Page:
Prof Dr. Reinhilde Veugelers is a full professor at KULeuven (BE) at the Department of Management, Strategy and Innovation.  She is a Senior Fellow at Bruegel since 2009.  She is also a CEPR Research Fellow, a member of the Royal Flemish Academy of Belgium for Sciences and of the Academia Europeana. From 2004-2008, she was on academic leave, as advisor at the European Commission (BEPA Bureau of European Policy Analysis).  She served on the ERC Scientific Council from 2012-2018 and on the RISE Expert Group advising the commissioner for Research.  She is a member of VARIO, the expert group advising the Flemish minister for Innovation.    She is currently a member of the Board of Reviewing Editors of the journal Science and a co-PI on the Science of Science Funding Initiative at NBER.

    With her research concentrated in the fields of industrial organisation, international economics and strategy, innovation and science, she has authored numerous well cited publications in leading international journals.  Specific recent topics include novelty in technology development,  international technology transfers through MNEs, global innovation value chains, young innovative companies, innovation for climate change,  industry science links and their impact on firm’s innovative productivity, evaluation of research & innovation policy,  explaining scientific productivity,  researchers’ international mobility,  novel scientific research.

    Websites:
    https://feb.kuleuven.be/reinhilde.veugelers
    https://bruegel.org/author/reinhilde-veugelers/

  • Mathias Dewatripont

    He holds a BA (1981) and MA (1982) in economics from ULB and a PhD in Economics from Harvard University (1986). His general research area is the theory of incentives and organizations. Since 1990, he has been Professor of Economics at ULB (part-time between 2011 and 2017). Between 1998 and 2011, he was part-time (7 weeks a year) Visiting Professor at MIT and Research Director of CEPR. Fellow of the Econometric Society, laureate of the 1998 Francqui Prize and of the 2003 Yrjo Jahnsson Prize for Economics, he was President of the EEA in 2005. He was member of the Scientific Council of the European Research Council between 2005 and 2012. He was Managing Editor of the Review of Economic Studies (1990-94) and one of the three Programme co-chairs of the 2000 World Congress of the Econometric Society. He is member of the Académie Royale De Belgique and Foreign Honorary Member of the American Academy of Arts and Science. He was co-Director of ECARES (1991-2002) and, upon the creation of the Solvay Brussels School of Economics and Management, he was its Vice-President (2008-2009), President (2009-2010) and then Dean (2010-2011). He was outside Director of CGER-Bank (1992-99), and he was Executive Director of the National Bank of Belgium between May 2011 and May 2017 (and its Vice-Governor between June 2014 and March 2015), being its representative on the Basel Committee on Banking Supervision (2011-2017) and on the Supervisory Board of the European Central Bank (2014-2017).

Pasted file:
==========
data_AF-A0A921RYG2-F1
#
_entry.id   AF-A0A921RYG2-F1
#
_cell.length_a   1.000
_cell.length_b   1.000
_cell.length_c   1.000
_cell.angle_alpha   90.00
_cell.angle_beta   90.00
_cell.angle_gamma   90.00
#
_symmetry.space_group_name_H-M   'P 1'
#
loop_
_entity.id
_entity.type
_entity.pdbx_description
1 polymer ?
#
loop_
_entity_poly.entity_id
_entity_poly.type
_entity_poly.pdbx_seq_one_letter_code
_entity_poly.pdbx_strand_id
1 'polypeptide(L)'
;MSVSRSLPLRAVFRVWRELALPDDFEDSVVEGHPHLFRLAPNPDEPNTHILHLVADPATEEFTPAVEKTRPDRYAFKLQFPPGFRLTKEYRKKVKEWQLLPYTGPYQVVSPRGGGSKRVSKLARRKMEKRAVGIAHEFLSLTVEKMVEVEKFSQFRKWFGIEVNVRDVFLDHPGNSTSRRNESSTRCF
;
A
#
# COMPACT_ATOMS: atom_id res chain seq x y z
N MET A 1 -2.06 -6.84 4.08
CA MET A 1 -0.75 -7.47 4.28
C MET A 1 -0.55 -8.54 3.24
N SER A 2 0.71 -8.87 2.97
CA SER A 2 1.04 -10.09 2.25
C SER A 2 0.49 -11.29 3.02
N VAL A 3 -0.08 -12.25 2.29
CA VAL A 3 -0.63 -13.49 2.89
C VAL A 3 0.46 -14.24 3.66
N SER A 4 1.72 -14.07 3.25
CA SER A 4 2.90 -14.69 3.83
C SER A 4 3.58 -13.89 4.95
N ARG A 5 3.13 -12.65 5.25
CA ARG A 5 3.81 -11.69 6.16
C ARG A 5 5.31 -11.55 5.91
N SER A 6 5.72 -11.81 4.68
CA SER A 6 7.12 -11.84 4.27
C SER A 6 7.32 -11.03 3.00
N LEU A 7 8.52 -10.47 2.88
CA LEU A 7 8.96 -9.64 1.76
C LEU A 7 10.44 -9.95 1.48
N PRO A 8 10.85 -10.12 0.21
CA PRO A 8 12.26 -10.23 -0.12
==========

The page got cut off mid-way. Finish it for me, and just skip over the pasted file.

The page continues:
Related content

Working paper

Raising EU productivity through innovation

A better overview of which firms are most likely to adopt digital technologies and to innovate, and to turn these investments into productivity growth

Reinhilde Veugelers and Frederic Warzynski